ARDC Charges Lawyer With Making False Statements In Judicial Campaign Advertising

BEFORE THE HEARING BOARD:

The ARDC alleged that a lawyer made false statements in advertisements in his judicial campaign. An excerpt from the complaint is set forth below:

5. The front side of Respondent’s campaign mailer referred to a 1989 case in St. Clair County in which Rodney Woitdke (“Woidtke”) had been convicted of murder. The mailer stated that Woidtke spent 12 years in prison for a murder that he did not commit, and it cited an opinion of the Illinois Appellate Court for 5th Judicial District in 2000 that reversed the denial of Woidtke’s post-conviction petition and remanded for his case for a new trial, on the basis of a conflict of interest on the part Woidtke’s trial counsel, then-Assistant Public Defender Brian Trentman (“Trentman”). Respondent’s mailer then stated the following:
“Supervising Public Defender VINCENT J. LOPINOT and his Assistant, Brian Trentman ‘were NEGLIGENT in their representation of Mr. Woidtke in a 1989 criminal proceeding that resulted in his wrongful conviction of murder of Audrey Cardenas.’ (Source: Woidtke v. St. Clair County, St. Clair Public Defenders Office, Brian K. Trentman and Vincent Lopinot, No. 02-4223, May 2003) (sic)”
In the above-quoted text, Judge Lopinot’s name was in a very large font and all capital letters, while Trentman’s name was in a very small font and with only the first letters capitalized. See Exhibit One.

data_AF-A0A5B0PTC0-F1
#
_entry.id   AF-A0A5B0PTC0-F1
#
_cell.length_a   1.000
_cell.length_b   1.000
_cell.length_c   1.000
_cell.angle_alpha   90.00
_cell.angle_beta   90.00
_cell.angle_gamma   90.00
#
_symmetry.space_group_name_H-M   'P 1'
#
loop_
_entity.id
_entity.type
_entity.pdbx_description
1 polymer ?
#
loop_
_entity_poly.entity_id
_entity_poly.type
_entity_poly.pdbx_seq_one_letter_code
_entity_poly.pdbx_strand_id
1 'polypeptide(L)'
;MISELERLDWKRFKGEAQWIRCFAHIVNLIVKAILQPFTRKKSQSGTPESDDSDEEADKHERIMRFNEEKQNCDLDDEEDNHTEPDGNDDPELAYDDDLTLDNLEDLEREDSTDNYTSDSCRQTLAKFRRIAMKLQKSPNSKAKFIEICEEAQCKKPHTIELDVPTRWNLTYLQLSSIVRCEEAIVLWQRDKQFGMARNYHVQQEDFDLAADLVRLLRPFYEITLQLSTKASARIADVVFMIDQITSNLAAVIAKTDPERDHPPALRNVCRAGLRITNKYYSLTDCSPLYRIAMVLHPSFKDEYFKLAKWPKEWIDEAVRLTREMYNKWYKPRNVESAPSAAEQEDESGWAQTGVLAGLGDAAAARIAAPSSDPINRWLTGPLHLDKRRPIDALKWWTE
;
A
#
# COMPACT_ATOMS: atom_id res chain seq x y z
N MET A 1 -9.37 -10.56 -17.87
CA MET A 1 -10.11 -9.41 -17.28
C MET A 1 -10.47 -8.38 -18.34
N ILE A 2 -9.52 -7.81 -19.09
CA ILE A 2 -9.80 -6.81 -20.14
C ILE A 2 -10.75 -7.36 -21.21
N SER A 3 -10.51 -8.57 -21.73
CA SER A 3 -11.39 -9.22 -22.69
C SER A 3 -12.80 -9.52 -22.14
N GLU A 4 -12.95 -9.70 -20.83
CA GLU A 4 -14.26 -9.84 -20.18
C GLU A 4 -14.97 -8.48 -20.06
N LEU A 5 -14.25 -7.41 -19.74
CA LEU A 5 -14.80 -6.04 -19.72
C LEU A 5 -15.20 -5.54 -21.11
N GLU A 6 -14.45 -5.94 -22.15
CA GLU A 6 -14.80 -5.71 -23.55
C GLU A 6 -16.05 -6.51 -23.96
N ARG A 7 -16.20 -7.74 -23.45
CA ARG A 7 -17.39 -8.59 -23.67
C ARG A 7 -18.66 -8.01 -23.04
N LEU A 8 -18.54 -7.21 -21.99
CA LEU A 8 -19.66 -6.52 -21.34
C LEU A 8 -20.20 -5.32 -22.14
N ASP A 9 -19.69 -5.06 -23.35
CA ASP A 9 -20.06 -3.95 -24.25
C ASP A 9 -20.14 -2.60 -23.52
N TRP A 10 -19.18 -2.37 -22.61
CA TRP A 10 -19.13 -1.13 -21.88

6. On the mailer, accompanying the above-quoted text, was a photograph of Judge Lopinot that bore the epigraph “NEGLIGENT” and was imposed over a larger photograph of a man whose wrists and mouth were bound with duct tape.See Exhibit One.
7. Respondent’s representations that Judge Lopinot had supervised Trentman in the Woidtke case, and that Judge Lopinot was negligent in the case, were false. Judge Lopinot had no involvement in the Woidtke case in 1989.”
Comment: there may be a first amendment issue with this prosecution. Recently, the United States Supreme Court invalidated a stolen valor conviction on the ground that the First Amendment allows people to lie in some statements.  A stolen valor case is one in which the defendant falsely claims that he was a veteran or received a medal as a veteran. The distinction that could be used in this case is that the lawyer made false statements about another person. In any event, anyone running for judge has to be careful that the disciplinary authorities will inquire as to a campaign advertisement.
Edward X. Clinton, Jr.

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